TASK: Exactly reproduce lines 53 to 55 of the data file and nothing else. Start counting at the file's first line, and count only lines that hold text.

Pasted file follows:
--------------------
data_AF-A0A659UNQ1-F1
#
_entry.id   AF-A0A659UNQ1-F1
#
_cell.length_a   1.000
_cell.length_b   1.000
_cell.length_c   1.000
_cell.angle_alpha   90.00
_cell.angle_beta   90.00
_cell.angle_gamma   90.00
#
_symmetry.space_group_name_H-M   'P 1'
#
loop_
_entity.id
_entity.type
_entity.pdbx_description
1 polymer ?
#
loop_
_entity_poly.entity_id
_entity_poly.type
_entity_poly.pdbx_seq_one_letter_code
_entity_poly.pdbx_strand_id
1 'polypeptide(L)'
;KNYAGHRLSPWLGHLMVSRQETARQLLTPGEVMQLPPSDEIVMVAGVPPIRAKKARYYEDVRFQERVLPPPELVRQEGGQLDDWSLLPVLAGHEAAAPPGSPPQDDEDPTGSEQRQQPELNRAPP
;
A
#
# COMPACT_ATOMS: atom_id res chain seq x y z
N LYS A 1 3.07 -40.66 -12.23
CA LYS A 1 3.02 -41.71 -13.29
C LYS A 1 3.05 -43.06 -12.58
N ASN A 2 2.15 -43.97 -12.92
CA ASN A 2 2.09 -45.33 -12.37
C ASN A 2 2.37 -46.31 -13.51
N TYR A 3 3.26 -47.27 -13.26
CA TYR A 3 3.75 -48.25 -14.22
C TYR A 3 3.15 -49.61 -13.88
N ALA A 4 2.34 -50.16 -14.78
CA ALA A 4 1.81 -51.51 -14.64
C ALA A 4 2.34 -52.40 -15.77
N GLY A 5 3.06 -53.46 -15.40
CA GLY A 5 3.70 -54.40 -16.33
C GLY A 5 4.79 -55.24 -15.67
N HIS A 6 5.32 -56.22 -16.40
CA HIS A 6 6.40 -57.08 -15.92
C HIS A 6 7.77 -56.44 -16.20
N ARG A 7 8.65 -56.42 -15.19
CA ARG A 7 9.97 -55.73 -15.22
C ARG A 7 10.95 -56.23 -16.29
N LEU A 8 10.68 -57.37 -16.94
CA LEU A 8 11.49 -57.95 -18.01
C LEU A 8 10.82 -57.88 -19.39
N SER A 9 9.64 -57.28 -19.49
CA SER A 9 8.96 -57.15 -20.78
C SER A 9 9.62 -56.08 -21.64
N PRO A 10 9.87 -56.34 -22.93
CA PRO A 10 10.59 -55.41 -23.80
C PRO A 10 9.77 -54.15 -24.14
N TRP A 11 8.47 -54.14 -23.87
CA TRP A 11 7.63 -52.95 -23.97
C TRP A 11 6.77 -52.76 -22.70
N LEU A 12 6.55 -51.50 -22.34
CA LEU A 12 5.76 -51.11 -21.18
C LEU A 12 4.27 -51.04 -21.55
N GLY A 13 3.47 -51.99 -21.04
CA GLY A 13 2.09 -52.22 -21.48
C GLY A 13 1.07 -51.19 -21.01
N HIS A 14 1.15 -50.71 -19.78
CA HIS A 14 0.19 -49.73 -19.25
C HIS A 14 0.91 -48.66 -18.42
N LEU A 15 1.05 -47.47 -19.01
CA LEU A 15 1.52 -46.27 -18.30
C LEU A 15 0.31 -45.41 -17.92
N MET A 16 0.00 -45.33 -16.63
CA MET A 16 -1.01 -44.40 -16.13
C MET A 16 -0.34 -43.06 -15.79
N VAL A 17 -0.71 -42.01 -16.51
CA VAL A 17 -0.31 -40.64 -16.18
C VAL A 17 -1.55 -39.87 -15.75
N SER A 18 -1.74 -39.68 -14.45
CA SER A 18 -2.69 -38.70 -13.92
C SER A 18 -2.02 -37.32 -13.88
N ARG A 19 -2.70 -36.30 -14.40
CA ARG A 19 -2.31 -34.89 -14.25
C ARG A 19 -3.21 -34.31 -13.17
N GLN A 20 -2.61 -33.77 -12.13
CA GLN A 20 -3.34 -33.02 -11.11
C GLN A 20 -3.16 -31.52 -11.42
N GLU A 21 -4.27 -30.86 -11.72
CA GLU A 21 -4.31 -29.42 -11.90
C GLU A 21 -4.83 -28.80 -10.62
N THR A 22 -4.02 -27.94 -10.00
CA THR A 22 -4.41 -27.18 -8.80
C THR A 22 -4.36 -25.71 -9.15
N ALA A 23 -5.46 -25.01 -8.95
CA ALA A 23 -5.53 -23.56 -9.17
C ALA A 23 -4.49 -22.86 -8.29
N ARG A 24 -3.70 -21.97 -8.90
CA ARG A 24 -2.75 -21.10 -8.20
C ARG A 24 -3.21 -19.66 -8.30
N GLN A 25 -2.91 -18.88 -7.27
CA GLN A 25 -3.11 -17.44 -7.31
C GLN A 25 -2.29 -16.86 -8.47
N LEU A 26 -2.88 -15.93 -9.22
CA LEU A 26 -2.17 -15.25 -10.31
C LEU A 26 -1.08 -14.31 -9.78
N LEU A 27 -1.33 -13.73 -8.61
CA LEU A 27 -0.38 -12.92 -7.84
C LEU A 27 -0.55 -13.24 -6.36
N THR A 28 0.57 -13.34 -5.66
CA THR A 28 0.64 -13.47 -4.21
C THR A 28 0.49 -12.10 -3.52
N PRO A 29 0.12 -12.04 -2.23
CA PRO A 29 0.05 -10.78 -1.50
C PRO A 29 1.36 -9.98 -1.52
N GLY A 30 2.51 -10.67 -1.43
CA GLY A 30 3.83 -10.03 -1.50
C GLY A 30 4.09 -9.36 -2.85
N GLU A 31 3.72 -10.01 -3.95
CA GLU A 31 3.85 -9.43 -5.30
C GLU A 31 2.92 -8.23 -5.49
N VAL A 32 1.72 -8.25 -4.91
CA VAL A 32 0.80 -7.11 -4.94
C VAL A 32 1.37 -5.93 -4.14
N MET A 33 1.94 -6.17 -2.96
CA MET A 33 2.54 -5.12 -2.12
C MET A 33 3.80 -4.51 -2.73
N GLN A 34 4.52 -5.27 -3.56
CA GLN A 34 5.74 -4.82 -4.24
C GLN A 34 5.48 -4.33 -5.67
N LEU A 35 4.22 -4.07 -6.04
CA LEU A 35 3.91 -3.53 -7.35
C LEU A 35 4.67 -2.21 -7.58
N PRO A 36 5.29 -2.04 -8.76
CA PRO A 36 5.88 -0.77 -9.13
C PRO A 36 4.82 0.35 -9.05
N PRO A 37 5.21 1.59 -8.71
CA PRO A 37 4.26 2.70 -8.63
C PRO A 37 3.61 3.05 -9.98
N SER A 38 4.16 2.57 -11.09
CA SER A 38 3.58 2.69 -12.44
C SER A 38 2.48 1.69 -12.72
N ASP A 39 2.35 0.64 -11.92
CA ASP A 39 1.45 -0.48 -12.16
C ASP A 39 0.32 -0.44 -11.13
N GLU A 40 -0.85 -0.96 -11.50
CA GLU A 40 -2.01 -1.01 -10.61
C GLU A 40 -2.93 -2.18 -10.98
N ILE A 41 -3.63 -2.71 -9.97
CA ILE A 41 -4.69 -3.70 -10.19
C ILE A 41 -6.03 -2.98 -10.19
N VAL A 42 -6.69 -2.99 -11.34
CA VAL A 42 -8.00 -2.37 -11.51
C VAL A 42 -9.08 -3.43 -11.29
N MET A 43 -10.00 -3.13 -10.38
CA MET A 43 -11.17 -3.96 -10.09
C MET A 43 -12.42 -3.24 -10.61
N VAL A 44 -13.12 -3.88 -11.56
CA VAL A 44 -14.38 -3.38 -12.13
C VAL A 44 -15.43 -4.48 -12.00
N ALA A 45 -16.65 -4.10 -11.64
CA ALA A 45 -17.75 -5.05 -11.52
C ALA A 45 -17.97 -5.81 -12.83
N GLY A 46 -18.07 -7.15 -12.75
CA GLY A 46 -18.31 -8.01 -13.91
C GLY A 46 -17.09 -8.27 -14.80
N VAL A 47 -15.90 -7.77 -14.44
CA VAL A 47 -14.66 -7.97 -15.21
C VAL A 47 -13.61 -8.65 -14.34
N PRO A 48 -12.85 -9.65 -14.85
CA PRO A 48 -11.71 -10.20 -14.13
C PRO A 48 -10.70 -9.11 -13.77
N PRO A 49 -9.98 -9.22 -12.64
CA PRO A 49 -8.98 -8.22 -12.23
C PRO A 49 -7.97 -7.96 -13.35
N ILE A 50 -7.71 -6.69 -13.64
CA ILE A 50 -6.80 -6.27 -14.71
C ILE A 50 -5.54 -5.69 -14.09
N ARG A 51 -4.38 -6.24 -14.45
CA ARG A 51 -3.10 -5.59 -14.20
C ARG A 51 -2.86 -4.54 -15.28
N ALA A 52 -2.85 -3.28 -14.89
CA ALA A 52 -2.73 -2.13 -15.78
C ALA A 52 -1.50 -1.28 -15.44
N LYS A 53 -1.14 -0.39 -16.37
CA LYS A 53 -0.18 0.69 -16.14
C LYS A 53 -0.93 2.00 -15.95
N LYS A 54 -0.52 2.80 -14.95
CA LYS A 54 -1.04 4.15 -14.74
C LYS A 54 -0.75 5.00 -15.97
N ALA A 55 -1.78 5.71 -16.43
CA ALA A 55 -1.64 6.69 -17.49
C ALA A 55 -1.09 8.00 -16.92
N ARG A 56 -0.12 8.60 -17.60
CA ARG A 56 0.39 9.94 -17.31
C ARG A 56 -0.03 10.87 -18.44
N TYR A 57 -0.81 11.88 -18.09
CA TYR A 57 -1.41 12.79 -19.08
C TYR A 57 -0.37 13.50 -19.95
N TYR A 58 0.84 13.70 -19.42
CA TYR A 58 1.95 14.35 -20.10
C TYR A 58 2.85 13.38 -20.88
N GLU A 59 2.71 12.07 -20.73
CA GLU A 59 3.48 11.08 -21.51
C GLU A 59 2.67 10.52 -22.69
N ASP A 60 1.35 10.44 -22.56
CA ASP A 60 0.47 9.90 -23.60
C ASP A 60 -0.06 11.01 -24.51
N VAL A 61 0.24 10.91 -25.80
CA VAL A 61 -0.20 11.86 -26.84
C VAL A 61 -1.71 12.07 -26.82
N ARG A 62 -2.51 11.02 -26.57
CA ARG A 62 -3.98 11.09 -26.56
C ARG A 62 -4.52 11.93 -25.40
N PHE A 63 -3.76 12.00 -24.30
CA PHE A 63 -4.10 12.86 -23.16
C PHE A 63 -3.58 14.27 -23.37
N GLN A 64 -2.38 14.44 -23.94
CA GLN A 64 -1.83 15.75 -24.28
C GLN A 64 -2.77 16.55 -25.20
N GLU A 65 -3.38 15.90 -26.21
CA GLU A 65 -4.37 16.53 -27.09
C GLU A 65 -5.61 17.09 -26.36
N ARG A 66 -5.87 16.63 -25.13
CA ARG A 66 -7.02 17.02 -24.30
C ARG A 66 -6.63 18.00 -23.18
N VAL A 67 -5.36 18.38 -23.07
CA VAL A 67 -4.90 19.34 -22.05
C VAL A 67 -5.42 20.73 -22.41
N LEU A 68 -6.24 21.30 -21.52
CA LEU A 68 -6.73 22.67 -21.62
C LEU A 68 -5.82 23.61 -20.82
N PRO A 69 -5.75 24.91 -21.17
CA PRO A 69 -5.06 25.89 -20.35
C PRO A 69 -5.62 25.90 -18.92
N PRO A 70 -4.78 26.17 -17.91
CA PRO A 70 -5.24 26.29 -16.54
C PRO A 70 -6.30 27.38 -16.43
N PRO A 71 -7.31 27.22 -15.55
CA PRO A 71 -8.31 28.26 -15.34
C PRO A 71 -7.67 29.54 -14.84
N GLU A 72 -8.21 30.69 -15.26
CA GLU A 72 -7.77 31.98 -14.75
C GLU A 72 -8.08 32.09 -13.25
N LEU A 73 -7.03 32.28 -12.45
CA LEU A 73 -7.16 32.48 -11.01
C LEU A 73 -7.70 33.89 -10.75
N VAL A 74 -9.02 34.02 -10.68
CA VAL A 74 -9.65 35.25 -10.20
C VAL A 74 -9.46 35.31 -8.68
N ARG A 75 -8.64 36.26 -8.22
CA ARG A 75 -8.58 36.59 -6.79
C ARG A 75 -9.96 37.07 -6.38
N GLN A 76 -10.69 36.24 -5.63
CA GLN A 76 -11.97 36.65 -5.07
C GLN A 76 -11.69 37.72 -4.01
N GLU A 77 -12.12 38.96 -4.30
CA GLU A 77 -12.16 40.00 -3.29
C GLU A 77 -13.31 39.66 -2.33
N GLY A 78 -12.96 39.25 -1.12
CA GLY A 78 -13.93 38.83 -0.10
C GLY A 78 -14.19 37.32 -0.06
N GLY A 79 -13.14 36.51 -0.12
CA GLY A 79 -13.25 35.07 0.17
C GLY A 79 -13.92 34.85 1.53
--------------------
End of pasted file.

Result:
CA LEU A 8 11.49 -57.95 -18.01
C LEU A 8 10.82 -57.88 -19.39
N SER A 9 9.64 -57.28 -19.49